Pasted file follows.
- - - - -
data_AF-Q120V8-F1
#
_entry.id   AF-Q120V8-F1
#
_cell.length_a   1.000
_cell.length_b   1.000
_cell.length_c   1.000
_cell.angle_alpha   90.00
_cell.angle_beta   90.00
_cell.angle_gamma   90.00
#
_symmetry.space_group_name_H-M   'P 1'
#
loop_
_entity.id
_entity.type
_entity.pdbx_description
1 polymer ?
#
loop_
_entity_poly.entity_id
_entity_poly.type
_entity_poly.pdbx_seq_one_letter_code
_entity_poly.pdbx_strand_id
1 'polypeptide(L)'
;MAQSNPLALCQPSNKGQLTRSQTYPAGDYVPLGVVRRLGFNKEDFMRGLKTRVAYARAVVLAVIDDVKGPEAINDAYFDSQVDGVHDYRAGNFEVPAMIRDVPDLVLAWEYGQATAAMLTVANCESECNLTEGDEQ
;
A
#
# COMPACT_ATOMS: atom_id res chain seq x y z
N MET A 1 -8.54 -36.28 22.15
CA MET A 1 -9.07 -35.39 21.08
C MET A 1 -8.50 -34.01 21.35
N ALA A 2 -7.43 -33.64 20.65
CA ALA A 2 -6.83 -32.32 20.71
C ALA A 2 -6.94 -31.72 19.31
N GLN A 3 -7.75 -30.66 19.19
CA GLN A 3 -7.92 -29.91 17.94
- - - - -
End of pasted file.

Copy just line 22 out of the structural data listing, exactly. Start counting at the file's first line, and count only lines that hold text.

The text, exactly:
_entity_poly.type